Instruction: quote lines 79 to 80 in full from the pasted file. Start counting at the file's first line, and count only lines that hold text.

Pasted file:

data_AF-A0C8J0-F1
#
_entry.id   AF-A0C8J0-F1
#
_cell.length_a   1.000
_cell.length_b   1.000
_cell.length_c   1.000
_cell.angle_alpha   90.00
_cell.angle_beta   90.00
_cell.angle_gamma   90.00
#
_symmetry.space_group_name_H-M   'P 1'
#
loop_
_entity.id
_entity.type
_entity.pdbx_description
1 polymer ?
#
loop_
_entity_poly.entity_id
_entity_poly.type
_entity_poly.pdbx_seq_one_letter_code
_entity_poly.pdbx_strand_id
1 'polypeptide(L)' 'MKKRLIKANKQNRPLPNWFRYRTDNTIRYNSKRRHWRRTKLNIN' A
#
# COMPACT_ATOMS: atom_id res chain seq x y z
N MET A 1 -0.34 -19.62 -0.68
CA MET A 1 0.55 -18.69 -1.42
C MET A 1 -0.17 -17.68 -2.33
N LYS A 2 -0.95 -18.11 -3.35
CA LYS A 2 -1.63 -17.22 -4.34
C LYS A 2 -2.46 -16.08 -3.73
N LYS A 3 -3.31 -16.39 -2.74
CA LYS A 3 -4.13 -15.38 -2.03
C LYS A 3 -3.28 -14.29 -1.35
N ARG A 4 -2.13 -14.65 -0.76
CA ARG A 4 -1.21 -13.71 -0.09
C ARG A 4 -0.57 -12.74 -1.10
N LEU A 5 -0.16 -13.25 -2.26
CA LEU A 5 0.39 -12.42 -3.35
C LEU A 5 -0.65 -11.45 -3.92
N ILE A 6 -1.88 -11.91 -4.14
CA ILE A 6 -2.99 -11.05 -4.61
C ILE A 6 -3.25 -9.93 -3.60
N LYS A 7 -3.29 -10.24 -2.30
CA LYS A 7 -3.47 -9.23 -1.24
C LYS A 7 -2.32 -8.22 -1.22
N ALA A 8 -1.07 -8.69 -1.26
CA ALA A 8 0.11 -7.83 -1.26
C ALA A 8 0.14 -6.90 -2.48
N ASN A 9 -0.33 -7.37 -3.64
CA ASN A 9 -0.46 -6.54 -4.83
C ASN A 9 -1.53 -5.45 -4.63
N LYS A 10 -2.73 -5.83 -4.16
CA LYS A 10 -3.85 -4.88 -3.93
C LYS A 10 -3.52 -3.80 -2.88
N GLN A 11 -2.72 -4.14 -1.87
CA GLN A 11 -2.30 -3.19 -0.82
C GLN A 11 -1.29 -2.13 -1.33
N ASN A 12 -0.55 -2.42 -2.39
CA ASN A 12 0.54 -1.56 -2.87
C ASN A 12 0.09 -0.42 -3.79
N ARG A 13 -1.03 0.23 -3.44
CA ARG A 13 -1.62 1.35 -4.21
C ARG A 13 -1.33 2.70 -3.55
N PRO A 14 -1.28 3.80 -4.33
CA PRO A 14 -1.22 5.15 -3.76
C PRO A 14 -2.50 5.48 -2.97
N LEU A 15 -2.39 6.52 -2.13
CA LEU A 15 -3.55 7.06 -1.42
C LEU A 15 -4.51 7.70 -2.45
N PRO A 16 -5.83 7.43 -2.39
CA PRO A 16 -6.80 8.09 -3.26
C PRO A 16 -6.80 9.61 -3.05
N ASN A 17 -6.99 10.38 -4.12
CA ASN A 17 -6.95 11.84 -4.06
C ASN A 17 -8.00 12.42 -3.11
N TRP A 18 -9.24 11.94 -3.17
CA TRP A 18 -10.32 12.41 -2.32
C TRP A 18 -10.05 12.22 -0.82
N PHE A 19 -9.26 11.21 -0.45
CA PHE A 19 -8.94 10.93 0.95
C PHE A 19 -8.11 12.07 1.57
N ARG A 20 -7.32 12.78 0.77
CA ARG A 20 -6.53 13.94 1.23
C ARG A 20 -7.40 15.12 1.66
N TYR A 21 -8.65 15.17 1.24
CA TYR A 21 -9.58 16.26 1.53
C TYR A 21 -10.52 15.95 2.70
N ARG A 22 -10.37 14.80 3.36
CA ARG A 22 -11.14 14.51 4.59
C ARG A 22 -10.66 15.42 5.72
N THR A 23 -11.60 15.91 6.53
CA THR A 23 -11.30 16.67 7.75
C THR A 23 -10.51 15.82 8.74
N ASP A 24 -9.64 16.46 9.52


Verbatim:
N TRP A 18 -9.24 11.94 -3.17
CA TRP A 18 -10.32 12.41 -2.32